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New <I>Lion King</I> Roars to Video

9 May, 2003 By: Joan Villa

The pint-sized Lion King will return in a home video version next spring to bridge the action from the wildly successful original 1994 animated movie and the hit 1998 direct-to-video sequel, Simba's Pride.

The Lion King 1 1/2 , due in early spring 2004, will offer an “irreverent edgy humorous backstory” to the original told from the unique perspectives of Timon and Pumba, who are again voiced by Nathan Lane and Ernie Sabella, explained Buena Vista Home Entertainment president Robert Chapek. Matthew Broderick will reprise his role as Simba, and the Academy Award-winning duo of Elton John and Tim Rice — who won an Oscar for Best Song for “Can You Feel The Love Tonight” from the original Lion King — return with the new song, “Meerkat Rhapsody.”

Disney has high hopes for 1 1/2 — which will not sport a subtitle in the fashion of The Lion King II: Simba's Pride — and has enlisted top talent and production values. The original Lion King will be out in a first-ever “Disney DVD” two-disc set Oct. 7 with a new John and Rice song, “Morning Report,” and loads of special features. That will be followed by The Lion King 1 1/2 and then a special edition DVD version of Simba's Pride in the fall of 2004 to create a “year of The Lion King” marketing and promotional event, Chapek said.

Slipping the video premiere of 1 1/2 between The Lion King and Simba's Pride re-release “reflects a philosophy that the property is bigger than any one channel,” Chapek said. “The Lion King is so absolutely huge that I don't think it's that critical as to what the order or the release velocity is by channel. It's the biggest franchise out there and by celebrating the year of The Lion King we're going to take what was already wanted and big in terms of a franchise and make it even bigger with the release of The Lion King 1 1/2”

Simba's Pride holds the highest-selling video premiere record, tallying unit sales in the double-digit millions and performing on video like “any couple hundred million dollar box office movie would do,” Chapek said. If any video franchise could break the record and ring up lion-sized sales for Walt Disney Home Entertainment, “this would be it,” he added.

To achieve those “lofty volume expectations,” 1 1/2 will be marketed to the broadest possible audience, from “anyone who bought the original Lion King plus anyone who's come into the marketplace since then,” Chapek said. Ad spending and marketing campaigns have not been defined, but will be significant to reflect the importance of the franchise, he added.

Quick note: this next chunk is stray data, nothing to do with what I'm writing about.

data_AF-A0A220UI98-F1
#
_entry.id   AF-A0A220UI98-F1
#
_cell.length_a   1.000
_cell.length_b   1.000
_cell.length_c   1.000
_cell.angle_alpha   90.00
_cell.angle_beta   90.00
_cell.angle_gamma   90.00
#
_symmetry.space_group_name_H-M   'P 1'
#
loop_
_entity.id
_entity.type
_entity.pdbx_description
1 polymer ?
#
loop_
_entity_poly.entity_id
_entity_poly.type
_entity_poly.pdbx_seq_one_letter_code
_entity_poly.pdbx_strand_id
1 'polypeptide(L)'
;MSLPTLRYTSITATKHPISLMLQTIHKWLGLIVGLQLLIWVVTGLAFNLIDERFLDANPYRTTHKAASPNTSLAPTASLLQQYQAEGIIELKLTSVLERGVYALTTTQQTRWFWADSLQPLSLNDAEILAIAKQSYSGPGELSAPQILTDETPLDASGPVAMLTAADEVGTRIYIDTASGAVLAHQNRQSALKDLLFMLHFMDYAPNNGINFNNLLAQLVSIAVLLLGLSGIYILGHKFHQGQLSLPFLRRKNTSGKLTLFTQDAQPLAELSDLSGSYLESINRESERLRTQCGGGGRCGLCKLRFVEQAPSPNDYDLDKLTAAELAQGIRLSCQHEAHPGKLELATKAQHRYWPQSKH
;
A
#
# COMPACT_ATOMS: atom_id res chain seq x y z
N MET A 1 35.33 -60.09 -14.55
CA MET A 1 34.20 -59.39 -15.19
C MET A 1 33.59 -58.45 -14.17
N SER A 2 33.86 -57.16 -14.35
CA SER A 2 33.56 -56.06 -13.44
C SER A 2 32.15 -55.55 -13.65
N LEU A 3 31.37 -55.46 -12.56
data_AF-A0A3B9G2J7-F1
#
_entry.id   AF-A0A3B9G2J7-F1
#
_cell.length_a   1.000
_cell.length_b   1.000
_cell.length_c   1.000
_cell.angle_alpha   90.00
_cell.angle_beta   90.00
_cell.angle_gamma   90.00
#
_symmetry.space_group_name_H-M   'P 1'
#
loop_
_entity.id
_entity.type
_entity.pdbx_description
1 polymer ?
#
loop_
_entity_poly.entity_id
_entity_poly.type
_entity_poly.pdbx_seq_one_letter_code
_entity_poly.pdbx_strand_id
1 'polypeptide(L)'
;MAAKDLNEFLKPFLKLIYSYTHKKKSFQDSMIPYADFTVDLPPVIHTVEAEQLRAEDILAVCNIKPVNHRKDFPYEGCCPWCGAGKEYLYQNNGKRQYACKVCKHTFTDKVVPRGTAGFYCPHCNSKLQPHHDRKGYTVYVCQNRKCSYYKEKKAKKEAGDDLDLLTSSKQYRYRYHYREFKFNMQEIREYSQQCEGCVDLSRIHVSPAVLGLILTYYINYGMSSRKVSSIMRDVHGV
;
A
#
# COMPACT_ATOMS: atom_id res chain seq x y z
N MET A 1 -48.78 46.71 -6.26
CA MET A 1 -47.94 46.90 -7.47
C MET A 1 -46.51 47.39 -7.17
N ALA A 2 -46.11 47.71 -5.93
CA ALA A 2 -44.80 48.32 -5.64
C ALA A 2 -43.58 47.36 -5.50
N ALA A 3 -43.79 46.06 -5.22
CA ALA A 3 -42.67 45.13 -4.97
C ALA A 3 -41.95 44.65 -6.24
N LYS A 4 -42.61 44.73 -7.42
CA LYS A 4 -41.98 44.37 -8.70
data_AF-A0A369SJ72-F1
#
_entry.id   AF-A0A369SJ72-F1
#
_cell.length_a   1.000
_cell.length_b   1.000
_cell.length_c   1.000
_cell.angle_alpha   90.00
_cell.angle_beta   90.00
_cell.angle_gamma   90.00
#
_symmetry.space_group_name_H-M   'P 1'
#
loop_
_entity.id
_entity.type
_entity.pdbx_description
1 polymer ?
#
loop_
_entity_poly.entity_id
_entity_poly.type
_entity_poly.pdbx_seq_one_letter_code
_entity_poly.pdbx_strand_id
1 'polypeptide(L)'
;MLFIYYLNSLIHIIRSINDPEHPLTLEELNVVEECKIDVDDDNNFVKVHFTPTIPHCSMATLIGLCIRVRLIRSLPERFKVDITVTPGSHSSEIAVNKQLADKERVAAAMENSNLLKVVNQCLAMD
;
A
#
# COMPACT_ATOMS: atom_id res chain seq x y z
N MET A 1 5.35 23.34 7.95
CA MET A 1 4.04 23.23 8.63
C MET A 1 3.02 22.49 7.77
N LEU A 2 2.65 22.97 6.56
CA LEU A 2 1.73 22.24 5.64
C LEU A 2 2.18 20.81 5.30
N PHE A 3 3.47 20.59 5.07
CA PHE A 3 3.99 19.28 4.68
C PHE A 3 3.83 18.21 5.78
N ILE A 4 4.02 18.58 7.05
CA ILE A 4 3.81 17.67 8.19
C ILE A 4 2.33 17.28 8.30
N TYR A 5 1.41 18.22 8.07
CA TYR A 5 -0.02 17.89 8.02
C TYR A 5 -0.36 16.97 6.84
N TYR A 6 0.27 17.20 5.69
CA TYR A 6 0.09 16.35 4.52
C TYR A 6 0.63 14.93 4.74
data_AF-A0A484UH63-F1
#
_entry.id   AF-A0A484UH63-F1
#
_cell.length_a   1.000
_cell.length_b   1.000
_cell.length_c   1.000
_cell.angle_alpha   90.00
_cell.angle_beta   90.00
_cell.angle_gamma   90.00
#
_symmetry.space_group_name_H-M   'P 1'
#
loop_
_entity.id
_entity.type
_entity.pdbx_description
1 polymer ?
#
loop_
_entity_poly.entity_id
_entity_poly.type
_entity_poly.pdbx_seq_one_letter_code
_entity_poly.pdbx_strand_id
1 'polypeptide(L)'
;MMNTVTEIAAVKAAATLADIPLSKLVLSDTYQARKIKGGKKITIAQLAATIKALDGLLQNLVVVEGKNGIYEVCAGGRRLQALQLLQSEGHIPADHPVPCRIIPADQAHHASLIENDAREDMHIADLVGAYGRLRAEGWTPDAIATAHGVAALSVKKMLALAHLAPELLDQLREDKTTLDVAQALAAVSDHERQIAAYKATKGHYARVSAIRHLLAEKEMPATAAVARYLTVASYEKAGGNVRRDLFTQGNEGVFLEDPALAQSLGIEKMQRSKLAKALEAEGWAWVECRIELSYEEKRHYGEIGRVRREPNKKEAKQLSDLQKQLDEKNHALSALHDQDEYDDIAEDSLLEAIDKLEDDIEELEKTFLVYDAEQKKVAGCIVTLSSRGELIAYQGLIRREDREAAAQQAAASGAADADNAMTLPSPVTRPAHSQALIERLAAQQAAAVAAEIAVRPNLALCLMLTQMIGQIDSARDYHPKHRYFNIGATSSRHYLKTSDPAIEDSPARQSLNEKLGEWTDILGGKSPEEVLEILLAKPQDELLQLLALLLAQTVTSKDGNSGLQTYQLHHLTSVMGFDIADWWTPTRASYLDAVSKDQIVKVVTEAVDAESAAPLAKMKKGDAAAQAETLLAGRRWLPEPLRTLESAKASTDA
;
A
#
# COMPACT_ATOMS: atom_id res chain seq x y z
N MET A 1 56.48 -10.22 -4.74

“We have a very big audience of people who bought it the first time on VHS,” he noted. “We think in the case of the original movie, we'll get a large portion of those consumers back as well as everyone who's come into the market since then.”

Disney will also attempt to hook new consumers on the original's two-disc DVD with innovative surround sound that is being designed and mixed for home theater systems.

“This going to be a whole new experience for consumers who have The Lion King on VHS already,” he said. “The theatrical mixes are certainly optimal for theaters but home theaters are set up differently, so our philosophy was a movie like this deserves special customized mix for 5.1 customized home channels and that's exactly what we did.”

The year-long publicity and advertising effort will also be boosted by a new wave of licensed merchandise to create in-store displays and keep the franchise visible to consumers, he added.

The Lion King 1 1/2 DVD will also provide music videos, deleted scenes, behind-the-scenes views of how the movie was made and two featurettes: “Timon – The Early Years,” a “mockumentary” tracing Timon's childhood through tongue-in-cheek interviews with family and friends, and “Disney's Funniest Moments,” highlighting Disney animated characters from the Seven Dwarfs to Brother Bear.Two games include a virtual safari “backlot tour” through the Pridelands and a Lion King trivia game in the format of a “Who Wants To Be a Millionaire?” parody.

“We're very proud of our Disney video premiere line in terms of what it's been able to do in the market,” said Chapek. “I think when you put the power of The Lion King franchise together with our history of success in the marketplace with Disney video premieres and our history of producing superlative DVDs that are on the edge of what the technology can do, it's a recipe for success.”

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